Moving From Grass to Grass, Water to Water
The day I left Barskoon was a tricky one. It was challenging, dangerous but adventurous. I couldn’t find a clear path on the big rocky hills around Barskoon towards the west and I had to climb high on one of the big hill. It was nothing more than a trap. The slope down was steep. I had no other choice but to descend the steep rocky hill on the other side to get to a river. In the middle of the descend, I then realized that it was a mistake. My black horse was too afraid to descend the rocky hill… got panic and fell down. I fell down in front of my horse and I fell hard on big rocks. Luckily I was okay. I should have turn back and find a safer path towards the river. My luggage turned upside down on my other horse which means I have to repack everything all over again…. and I was in the middle of the descend on the steep hill.
My tripod fell down from my bag to the ground making a sound that made my horses nervous. Once the tripod hit the ground, it rolls and my horses were running away from it and they fell down even more. It was a really dangerous moment for all of us. I was tired and my whole body was painful from the fall but there were no one there to come to an aid. I have been in many difficult situation and managed to solve all problems before. But sometimes, I just feel exhausted, sometimes I need help from someone. But being a solo travelling nomad, I have learned to be patience, relax my mind and work out on the solution in both world, the seen and the unseen. On the seen world which is the physical world, I do my best to solve the problem. I strive hard no matter how tired and painful my body is. On the unseen world which is the world of my soul, I pray to god, leaving everything for Him to decide after I’ve done my best… it is tawakkal… in Arabic. I took my tripod and climbed back to get to my horses, slowly. I had to work out on the solution to get my horses down. Whether I can descend to the river safely or not is not my concern, that’s up to god to decide. My task is to do the best I could…
I went to my horses to calm them down. Horses are like dogs, they’re clever and they can somehow read our mind. I have learned to communicate with horses from my horsemaster, Almaz from Jolkolot village in Karakol. I then realized his words, my horses will get panic if I’m panic. He taught me if I cross a big river or steep mountainside, I have to be brave. If I’m panic, they will sense it and they will get panic too. I guess now I have learned the hard way. It took me ½ hour to repack everything again on the steep hill before I finally got back on my horse and completed the descend. I didn’t go far on that day. Once I hit the river I called it a day. I pitched my tent near the river and put my horses on good grass for the night.
I continued my journey early the next day once the sun showed up. It was extremely hot and windy. Once in a while I looked up in the sky, looking for clouds to cover the direct sun… but I saw none. I then kept my head down and kept going. I turned south away from the lake of Issykkul, towards the snow mountains… towards the Tosor pass, which is almost 4000m high. Towards the snow mountains, the grass is good. Travelling on horses is totally different than travelling on a bicycle or a ski. I cant think only about myself, but I have to think about the horses as well. By the end of the day I have to make sure that I end up somewhere with good source of water and green grass. My horses need to eat and rest well before a long day of walking, climbing and descending.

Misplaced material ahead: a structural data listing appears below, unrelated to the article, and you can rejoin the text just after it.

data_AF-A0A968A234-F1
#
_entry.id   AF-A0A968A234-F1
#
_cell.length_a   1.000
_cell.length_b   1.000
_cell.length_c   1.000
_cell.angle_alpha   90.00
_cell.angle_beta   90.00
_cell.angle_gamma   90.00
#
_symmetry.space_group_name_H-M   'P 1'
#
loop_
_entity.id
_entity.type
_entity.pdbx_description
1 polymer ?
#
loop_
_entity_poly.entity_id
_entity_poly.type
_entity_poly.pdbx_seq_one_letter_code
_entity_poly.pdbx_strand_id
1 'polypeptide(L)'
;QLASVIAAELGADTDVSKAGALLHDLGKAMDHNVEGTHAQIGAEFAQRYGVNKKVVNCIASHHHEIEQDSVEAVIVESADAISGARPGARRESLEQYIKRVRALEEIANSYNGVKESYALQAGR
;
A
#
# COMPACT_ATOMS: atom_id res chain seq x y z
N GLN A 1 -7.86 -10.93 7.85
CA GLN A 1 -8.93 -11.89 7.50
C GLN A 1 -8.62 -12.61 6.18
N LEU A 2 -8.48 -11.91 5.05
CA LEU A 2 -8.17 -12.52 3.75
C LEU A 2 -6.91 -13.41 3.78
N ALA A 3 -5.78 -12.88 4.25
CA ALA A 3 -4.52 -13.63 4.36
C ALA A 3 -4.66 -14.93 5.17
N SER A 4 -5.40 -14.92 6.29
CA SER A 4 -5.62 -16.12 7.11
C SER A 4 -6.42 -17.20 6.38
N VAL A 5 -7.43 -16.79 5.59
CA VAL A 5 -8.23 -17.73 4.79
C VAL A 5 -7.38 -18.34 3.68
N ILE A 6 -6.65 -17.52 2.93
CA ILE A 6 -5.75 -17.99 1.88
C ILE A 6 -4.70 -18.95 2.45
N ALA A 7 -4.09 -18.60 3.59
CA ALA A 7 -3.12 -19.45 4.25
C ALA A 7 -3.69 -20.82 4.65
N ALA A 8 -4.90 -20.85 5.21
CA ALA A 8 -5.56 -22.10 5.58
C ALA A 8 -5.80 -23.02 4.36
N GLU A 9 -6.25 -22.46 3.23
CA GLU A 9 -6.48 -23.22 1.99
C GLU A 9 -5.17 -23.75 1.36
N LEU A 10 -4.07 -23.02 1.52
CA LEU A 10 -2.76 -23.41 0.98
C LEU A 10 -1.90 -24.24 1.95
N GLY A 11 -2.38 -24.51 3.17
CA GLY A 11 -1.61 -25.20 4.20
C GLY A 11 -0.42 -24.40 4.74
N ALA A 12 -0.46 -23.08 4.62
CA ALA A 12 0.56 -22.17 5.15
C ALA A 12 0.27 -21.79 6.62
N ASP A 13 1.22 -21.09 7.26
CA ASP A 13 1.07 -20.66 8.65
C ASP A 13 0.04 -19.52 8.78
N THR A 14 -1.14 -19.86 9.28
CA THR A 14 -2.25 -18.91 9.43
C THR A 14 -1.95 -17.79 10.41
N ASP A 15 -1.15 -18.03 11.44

While I was going slowly towards the Tosor pass, my horses got nervous. I then realized there was a Kyrgyz horseman gallopping towards me. He was wearing a highcut boot, thick pants and leather jacket… showing that he came from a cold place, probably from the mountainside. He was wearing a white hat to cover his head, suggesting me that hes probably a devout Muslim. He greeted me in Kyrgyz… and since my Kyrgyz is so poor I had to greet him in Russian. He told me that he lives very near the Tosor pass and invited me to pitch my tent near his home, where the good grass are. Once again I tasted the hospitality of the Kyrgyz people from the countryside. He helped me taking care of my horses and invited me to his home to serve me the only food he has, butter, bread, tea and jam. He has no job and it looks like he doesn’t need one. He lives with his animal in a small house but the land area is big… enough to house his cows and horses. He lives without electricity… only candle to lit the house at night. After he fed me and let my horses to eat the fresh grass in his area, he helped me repack the next morning and showed me
I kept riding west and began to cross the dry tundra areas in the lower Tien Shan mountain range. It was way too hot and very windy… reminds me of my crossing of the Gobi Desert in Mongolia a year ago. For almost the whole day I was crossing into red earth and sand. Both my horses and me were exhausted. No rivers or stream for me to get water for drinking and no grass for my horses to eat while Im taking a rest. It was difficult riding through big canyons and rocky hills. Sometimes I had to turn back and find other ways as it was really steep to descend from one hill to another. This kind of terrain is foreign for my horses. There were no sign of human anywhere. I was completely alone and it was very quiet. I had to calm my horses down a few times since they were always nervous crossing big rocks. I only felt relieved once I saw green grass from afar… where I knew where I will pitch my tent by the end of the day and put my horses to eat. Right after I reached the grassland, the rain started pouring in. Looking at the sky estimating the weather forecast, its good to know that it gonna be cloudy for the next few days…